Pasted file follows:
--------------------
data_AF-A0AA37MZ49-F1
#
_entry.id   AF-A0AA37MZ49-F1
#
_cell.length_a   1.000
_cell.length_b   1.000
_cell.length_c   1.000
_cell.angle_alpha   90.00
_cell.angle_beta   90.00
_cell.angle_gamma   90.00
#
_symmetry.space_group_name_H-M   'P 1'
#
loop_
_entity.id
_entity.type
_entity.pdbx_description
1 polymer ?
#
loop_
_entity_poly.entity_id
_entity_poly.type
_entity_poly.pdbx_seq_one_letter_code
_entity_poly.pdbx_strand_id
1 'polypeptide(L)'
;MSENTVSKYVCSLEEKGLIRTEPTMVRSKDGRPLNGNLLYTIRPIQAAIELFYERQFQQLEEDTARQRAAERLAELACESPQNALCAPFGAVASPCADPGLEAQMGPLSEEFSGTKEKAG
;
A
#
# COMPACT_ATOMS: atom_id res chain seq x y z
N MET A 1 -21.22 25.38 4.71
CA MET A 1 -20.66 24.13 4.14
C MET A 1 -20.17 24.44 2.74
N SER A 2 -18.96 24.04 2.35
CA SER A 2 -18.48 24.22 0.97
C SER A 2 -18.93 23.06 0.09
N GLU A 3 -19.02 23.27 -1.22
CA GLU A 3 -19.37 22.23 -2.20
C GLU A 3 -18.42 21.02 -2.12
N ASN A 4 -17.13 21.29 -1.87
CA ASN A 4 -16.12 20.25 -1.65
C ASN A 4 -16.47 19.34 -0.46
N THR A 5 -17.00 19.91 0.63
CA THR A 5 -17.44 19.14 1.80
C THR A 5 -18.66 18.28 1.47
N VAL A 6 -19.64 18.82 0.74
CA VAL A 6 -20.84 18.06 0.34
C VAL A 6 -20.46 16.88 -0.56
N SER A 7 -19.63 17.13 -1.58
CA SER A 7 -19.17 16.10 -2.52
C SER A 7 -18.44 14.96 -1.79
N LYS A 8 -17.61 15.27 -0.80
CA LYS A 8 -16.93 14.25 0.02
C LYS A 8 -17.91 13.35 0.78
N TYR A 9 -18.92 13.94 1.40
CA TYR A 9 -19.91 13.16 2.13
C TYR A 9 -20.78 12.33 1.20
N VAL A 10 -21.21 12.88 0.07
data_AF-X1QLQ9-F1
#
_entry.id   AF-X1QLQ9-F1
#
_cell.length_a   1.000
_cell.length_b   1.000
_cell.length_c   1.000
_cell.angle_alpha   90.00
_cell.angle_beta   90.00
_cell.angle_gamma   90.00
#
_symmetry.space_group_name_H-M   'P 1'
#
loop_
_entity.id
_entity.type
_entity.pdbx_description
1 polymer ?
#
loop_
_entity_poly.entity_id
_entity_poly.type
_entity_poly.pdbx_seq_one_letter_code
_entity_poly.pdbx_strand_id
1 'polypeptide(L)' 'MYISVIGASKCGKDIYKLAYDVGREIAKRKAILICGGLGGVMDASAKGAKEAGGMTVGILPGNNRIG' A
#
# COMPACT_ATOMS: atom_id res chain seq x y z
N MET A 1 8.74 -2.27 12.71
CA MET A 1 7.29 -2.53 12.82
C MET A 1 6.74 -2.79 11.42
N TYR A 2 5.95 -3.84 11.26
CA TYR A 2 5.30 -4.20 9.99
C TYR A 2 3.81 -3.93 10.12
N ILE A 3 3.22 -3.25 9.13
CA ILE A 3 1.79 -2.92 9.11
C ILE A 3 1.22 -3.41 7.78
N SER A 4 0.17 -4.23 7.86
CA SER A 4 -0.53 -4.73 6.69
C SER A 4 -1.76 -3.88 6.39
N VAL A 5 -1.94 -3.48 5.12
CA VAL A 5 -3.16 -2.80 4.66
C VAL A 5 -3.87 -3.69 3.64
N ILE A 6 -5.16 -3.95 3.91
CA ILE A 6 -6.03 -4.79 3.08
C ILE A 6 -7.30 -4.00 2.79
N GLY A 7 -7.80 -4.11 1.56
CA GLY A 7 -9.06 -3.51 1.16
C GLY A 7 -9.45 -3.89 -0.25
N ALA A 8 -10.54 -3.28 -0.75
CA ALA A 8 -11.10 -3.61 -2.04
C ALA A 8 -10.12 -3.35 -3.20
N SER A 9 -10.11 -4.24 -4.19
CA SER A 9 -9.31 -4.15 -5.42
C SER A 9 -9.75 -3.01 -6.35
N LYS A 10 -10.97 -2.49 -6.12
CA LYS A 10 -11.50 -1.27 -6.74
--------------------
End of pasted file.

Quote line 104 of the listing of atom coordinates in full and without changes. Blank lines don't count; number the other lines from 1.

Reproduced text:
N GLY A 7 -7.80 -4.11 1.56